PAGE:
V. Dublado Gives 5 Stars to The Other Shore
Reviewed By Vincent Dublado for Readers’ Favorite
Twenty stories are told under six different themes that fuse art, spirituality, and existential angst. Madhu Bazaz Wangu, by her own account, reveals that she has written The Other Shore: Ordinary People Grappling with Extraordinary Challenges because she wants you, as the reader, to grow intellectually and be emotionally touched by her tales. Her stories bridge inner and outer realities: the reality of what we say and what we think and feel. The women in this book are remarkably spirited and the men exist to find out more about themselves. The Other Shore tells the story of Mohini and how the seasons she spent with her grandparents have filled her heart with their love. In Dowry Brides, a feature story about a dowry demand makes a narrator angry and inspired at the same time. Chance Acquaintance tells about a friendship that develops between a Japanese professor and his Indian tour guide. And then there is Unrequited Love, about a man who cannot marry the woman he loves because he is taking care of his ailing mother full time.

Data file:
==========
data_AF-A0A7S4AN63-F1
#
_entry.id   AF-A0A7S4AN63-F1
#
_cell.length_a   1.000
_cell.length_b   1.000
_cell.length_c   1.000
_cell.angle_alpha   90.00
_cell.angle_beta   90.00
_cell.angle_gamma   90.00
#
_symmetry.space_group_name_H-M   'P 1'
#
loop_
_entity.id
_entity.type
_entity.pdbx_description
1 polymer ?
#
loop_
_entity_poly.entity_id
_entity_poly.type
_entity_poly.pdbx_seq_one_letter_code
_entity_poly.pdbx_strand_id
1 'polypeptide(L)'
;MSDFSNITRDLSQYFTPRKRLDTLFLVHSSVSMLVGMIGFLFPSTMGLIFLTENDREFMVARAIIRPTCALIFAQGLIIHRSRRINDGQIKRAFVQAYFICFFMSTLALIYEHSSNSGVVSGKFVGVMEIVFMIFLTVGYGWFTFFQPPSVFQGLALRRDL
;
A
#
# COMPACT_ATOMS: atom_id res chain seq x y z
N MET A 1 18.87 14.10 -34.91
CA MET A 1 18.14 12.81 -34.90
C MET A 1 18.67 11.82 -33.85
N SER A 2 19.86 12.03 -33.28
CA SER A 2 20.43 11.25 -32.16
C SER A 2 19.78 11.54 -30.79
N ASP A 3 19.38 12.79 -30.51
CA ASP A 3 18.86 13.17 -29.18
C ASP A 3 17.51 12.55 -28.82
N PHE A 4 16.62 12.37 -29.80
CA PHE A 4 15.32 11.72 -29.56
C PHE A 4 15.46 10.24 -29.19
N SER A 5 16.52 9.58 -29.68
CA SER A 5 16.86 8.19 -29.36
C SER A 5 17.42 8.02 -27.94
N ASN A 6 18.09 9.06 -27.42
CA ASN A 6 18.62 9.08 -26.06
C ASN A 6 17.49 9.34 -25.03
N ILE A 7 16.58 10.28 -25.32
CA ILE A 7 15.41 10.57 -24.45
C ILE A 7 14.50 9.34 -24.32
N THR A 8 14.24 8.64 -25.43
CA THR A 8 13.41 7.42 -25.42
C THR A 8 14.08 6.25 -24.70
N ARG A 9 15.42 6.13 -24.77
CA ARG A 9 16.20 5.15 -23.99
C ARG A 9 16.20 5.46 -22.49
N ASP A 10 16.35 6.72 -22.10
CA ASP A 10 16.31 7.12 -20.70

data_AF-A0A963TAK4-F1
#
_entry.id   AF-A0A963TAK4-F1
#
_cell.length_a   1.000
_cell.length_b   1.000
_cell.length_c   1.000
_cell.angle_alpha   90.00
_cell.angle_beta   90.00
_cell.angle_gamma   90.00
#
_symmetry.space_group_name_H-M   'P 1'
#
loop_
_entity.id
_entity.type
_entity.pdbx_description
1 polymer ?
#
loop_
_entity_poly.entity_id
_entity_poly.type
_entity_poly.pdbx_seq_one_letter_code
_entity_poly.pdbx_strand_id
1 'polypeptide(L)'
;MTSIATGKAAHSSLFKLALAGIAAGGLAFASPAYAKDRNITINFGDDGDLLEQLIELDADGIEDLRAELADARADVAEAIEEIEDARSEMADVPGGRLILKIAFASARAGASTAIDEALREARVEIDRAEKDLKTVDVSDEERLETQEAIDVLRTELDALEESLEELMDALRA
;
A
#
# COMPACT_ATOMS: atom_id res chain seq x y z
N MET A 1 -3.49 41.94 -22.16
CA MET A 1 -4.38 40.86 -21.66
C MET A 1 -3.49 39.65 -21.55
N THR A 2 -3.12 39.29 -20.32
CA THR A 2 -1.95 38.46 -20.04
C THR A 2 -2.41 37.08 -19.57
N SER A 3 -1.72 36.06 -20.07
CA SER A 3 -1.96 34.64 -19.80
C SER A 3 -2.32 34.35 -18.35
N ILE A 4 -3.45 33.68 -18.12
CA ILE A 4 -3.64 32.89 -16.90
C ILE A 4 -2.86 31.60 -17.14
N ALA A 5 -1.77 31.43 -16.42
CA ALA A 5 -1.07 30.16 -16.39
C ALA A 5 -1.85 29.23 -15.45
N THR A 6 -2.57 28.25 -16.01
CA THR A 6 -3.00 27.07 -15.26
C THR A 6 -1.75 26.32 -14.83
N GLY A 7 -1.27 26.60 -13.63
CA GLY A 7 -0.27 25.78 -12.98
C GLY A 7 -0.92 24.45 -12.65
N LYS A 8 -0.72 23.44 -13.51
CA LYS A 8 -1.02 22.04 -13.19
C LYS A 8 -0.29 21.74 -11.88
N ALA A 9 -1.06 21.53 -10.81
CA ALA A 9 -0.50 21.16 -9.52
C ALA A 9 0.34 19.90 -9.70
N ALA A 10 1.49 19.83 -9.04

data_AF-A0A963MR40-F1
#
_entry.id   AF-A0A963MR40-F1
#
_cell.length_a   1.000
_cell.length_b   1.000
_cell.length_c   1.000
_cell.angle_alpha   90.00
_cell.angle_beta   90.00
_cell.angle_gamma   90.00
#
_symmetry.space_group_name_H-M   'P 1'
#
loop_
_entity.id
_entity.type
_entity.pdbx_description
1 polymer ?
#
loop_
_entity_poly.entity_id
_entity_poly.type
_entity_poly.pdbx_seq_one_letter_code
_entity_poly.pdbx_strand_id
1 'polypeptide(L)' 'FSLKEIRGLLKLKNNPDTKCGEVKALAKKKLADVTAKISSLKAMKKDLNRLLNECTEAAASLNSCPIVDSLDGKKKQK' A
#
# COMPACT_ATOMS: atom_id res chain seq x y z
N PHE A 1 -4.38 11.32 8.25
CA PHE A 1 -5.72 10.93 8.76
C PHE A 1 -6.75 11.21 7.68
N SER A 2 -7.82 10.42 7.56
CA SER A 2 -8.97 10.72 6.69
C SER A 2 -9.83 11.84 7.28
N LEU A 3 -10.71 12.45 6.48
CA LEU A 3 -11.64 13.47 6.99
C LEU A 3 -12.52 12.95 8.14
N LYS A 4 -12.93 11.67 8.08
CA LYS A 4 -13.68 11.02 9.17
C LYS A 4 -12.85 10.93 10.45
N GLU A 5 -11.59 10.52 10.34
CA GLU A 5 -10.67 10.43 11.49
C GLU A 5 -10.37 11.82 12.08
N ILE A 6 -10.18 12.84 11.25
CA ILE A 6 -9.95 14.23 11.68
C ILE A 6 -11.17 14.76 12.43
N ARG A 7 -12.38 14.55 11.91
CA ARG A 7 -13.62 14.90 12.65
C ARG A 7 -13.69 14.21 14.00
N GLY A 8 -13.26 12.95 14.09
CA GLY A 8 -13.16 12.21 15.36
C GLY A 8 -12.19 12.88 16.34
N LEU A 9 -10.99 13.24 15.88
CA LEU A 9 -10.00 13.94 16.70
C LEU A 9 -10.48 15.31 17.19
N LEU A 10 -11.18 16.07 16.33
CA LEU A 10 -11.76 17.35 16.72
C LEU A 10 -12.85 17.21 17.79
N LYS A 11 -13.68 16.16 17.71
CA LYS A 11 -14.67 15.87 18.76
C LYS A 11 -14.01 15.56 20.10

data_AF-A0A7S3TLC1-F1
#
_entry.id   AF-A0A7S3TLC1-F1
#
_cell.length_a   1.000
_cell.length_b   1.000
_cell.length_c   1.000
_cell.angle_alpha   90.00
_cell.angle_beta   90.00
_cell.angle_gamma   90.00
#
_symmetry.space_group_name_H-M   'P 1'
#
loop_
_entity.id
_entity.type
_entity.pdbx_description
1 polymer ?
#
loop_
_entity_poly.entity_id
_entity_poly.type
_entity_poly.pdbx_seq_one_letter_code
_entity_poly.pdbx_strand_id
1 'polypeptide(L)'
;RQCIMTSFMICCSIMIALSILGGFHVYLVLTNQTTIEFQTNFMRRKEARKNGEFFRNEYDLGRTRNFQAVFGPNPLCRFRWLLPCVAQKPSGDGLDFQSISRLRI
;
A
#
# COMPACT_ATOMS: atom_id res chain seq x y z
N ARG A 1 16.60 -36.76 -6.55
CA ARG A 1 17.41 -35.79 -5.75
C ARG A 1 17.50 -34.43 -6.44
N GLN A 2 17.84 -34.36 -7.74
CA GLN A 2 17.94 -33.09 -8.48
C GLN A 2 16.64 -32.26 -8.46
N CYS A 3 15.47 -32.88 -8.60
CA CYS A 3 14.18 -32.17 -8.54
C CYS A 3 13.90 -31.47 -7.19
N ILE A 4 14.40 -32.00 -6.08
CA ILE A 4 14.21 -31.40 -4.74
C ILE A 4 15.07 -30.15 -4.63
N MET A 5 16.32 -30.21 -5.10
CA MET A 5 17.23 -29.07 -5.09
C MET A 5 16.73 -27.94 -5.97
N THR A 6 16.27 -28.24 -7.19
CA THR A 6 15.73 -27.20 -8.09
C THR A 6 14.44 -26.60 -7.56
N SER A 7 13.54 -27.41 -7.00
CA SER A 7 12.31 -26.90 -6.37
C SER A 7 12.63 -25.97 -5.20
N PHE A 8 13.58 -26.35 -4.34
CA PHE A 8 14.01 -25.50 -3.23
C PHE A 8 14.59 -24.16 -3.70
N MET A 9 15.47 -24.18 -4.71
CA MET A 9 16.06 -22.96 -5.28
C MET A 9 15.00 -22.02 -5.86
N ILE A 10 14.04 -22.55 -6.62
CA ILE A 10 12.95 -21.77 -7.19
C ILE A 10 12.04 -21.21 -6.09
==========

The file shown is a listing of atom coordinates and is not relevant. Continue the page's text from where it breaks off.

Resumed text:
The Other Shore showers you with aesthetic pleasures by allowing you to examine the cross-cultural experience. Madhu Bazaz Wangu’s tales are filled with physically vigorous and mentally vital moments that exist in the now. Her narration has strong leanings in establishing identity, and her conversational style makes you feel relaxed as if you are getting acquainted with the characters face to face. I cannot help but feel moved by the story of Unrequited Love, as the theme profoundly illustrates one typical problem that arises among close-knit Asian families. There is always a striking point in all of these twenty stories where Wangu seems adept at scrutinizing the role of women in contemporary society. In the end, it is difficult not to feel moved or affected after reading these stories.